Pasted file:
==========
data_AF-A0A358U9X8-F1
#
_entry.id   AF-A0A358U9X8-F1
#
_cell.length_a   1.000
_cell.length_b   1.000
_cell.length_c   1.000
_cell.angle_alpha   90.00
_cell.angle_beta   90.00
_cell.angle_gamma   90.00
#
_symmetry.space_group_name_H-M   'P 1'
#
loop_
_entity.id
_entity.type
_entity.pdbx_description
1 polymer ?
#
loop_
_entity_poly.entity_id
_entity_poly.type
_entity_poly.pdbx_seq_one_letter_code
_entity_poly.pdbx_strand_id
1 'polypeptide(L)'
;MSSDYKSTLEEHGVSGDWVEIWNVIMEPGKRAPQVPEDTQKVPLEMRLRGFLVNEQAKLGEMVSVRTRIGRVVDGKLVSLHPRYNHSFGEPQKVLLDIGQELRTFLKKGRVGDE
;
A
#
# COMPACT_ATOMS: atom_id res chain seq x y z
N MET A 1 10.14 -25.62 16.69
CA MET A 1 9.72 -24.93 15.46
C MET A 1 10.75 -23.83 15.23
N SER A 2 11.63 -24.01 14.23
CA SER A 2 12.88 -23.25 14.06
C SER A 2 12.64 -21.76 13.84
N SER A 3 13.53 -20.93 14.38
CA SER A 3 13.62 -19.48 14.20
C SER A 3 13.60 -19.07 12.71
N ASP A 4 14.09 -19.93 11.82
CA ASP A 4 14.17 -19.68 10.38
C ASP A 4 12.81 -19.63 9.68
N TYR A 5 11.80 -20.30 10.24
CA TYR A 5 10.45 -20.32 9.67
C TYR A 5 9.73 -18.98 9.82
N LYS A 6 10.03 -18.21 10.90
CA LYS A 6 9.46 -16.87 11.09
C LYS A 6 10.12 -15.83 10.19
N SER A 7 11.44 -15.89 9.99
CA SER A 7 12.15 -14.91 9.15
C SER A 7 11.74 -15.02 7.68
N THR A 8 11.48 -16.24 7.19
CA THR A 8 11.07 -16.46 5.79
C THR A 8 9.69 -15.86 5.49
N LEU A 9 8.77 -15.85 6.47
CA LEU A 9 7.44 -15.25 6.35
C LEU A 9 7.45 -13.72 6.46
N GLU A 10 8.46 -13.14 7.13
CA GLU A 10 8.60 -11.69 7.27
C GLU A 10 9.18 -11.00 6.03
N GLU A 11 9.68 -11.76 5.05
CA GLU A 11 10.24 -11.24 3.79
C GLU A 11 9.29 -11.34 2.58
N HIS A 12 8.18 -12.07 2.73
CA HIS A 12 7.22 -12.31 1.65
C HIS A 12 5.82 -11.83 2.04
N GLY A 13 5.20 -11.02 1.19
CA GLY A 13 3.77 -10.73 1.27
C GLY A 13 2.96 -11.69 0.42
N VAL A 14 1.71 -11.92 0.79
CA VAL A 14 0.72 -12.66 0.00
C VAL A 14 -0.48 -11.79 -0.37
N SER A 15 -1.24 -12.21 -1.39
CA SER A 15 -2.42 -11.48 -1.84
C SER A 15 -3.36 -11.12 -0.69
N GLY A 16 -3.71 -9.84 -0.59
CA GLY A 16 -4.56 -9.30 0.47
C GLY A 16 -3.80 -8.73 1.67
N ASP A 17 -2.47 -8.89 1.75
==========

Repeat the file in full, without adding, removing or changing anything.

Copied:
data_AF-A0A358U9X8-F1
#
_entry.id   AF-A0A358U9X8-F1
#
_cell.length_a   1.000
_cell.length_b   1.000
_cell.length_c   1.000
_cell.angle_alpha   90.00
_cell.angle_beta   90.00
_cell.angle_gamma   90.00
#
_symmetry.space_group_name_H-M   'P 1'
#
loop_
_entity.id
_entity.type
_entity.pdbx_description
1 polymer ?
#
loop_
_entity_poly.entity_id
_entity_poly.type
_entity_poly.pdbx_seq_one_letter_code
_entity_poly.pdbx_strand_id
1 'polypeptide(L)'
;MSSDYKSTLEEHGVSGDWVEIWNVIMEPGKRAPQVPEDTQKVPLEMRLRGFLVNEQAKLGEMVSVRTRIGRVVDGKLVSLHPRYNHSFGEPQKVLLDIGQELRTFLKKGRVGDE
;
A
#
# COMPACT_ATOMS: atom_id res chain seq x y z
N MET A 1 10.14 -25.62 16.69
CA MET A 1 9.72 -24.93 15.46
C MET A 1 10.75 -23.83 15.23
N SER A 2 11.63 -24.01 14.23
CA SER A 2 12.88 -23.25 14.06
C SER A 2 12.64 -21.76 13.84
N SER A 3 13.53 -20.93 14.38
CA SER A 3 13.62 -19.48 14.20
C SER A 3 13.60 -19.07 12.71
N ASP A 4 14.09 -19.93 11.82
CA ASP A 4 14.17 -19.68 10.38
C ASP A 4 12.81 -19.63 9.68
N TYR A 5 11.80 -20.30 10.24
CA TYR A 5 10.45 -20.32 9.67
C TYR A 5 9.73 -18.98 9.82
N LYS A 6 10.03 -18.21 10.90
CA LYS A 6 9.46 -16.87 11.09
C LYS A 6 10.12 -15.83 10.19
N SER A 7 11.44 -15.89 9.99
CA SER A 7 12.15 -14.91 9.15
C SER A 7 11.74 -15.02 7.68
N THR A 8 11.48 -16.24 7.19
CA THR A 8 11.07 -16.46 5.79
C THR A 8 9.69 -15.86 5.49
N LEU A 9 8.77 -15.85 6.47
CA LEU A 9 7.44 -15.25 6.35
C LEU A 9 7.45 -13.72 6.46
N GLU A 10 8.46 -13.14 7.13
CA GLU A 10 8.60 -11.69 7.27
C GLU A 10 9.18 -11.00 6.03
N GLU A 11 9.68 -11.76 5.05
CA GLU A 11 10.24 -11.24 3.79
C GLU A 11 9.29 -11.34 2.58
N HIS A 12 8.18 -12.07 2.73
CA HIS A 12 7.22 -12.31 1.65
C HIS A 12 5.82 -11.83 2.04
N GLY A 13 5.20 -11.02 1.19
CA GLY A 13 3.77 -10.73 1.27
C GLY A 13 2.96 -11.69 0.42
N VAL A 14 1.71 -11.92 0.79
CA VAL A 14 0.72 -12.66 0.00
C VAL A 14 -0.48 -11.79 -0.37
N SER A 15 -1.24 -12.21 -1.39
CA SER A 15 -2.42 -11.48 -1.84
C SER A 15 -3.36 -11.12 -0.69
N GLY A 16 -3.71 -9.84 -0.59
CA GLY A 16 -4.56 -9.30 0.47
C GLY A 16 -3.80 -8.73 1.67
N ASP A 17 -2.47 -8.89 1.75